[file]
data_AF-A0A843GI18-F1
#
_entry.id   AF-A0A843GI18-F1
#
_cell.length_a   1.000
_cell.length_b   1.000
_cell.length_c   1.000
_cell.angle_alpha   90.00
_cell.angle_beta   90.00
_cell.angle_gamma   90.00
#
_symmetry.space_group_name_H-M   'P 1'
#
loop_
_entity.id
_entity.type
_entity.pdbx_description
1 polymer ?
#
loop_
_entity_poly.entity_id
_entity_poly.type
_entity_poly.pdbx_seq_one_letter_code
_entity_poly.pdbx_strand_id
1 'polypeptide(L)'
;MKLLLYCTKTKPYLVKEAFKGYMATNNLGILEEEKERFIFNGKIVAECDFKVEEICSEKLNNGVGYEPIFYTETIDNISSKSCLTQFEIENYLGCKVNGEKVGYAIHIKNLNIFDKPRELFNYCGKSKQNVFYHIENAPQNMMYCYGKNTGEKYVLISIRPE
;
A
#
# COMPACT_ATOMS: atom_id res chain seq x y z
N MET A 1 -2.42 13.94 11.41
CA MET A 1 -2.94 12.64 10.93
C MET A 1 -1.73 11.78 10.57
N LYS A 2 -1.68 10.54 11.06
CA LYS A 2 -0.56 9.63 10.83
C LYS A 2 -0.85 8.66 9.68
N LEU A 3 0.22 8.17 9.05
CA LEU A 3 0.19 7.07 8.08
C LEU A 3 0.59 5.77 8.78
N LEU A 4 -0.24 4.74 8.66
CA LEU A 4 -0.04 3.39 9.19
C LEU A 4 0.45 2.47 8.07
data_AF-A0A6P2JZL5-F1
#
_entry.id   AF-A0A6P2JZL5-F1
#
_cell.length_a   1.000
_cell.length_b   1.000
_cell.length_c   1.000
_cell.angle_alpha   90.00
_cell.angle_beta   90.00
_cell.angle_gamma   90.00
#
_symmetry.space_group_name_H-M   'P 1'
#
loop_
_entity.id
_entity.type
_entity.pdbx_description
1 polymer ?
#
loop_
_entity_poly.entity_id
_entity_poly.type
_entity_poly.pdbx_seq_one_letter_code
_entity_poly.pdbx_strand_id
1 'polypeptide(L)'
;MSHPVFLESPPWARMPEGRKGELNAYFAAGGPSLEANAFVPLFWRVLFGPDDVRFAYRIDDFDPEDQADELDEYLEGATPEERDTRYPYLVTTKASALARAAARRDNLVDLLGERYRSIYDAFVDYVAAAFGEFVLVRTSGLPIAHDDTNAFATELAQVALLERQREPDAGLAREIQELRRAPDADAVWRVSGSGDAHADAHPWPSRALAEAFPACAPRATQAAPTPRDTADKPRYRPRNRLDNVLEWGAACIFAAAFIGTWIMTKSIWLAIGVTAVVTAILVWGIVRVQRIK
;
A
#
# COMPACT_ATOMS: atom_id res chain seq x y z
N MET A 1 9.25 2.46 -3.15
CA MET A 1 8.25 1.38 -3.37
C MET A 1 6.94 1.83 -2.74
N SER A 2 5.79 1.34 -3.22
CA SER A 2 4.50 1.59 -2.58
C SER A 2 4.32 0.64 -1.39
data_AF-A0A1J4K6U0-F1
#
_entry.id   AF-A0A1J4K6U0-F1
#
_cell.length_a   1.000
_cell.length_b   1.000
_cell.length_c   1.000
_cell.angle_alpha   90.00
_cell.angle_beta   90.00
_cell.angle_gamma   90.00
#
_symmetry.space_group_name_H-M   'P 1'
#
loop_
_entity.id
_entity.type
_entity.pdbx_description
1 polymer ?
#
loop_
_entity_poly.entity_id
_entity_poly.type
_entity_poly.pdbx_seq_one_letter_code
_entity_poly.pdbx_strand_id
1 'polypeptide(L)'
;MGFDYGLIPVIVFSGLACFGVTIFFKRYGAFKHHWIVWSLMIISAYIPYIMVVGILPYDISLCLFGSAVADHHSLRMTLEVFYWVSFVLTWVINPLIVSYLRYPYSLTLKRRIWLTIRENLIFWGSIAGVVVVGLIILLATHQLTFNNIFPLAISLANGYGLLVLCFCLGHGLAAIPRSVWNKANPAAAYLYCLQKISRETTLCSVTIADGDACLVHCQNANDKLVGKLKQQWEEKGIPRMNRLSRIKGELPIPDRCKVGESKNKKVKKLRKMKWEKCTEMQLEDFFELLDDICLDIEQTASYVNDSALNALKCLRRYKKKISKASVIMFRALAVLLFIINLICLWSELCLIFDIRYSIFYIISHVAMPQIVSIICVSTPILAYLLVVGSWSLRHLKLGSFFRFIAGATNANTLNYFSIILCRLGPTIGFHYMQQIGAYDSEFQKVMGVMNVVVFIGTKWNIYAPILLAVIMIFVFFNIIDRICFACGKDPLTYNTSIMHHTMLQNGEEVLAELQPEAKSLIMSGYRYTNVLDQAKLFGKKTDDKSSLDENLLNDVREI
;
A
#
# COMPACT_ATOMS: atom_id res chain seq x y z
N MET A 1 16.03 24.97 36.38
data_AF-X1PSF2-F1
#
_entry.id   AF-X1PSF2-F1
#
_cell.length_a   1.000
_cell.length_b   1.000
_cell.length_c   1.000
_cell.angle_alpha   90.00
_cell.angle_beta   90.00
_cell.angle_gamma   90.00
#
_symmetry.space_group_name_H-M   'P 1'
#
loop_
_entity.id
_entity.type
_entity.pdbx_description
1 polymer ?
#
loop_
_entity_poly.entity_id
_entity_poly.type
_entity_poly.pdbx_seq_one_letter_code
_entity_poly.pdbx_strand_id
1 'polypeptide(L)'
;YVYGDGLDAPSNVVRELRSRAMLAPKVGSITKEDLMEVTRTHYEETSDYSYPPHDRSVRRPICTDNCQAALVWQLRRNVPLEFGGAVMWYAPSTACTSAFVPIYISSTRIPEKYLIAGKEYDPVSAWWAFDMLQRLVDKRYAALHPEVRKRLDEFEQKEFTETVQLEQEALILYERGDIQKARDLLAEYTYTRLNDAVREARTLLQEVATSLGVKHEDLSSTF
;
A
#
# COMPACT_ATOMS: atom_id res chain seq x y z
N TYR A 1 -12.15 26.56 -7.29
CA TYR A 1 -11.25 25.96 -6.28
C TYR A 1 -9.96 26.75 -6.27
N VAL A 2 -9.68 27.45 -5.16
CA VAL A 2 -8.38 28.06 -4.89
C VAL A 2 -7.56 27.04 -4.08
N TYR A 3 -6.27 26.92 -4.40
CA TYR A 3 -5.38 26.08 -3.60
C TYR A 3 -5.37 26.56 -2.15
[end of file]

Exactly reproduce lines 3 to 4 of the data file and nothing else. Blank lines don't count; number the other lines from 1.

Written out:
_entry.id   AF-A0A843GI18-F1
#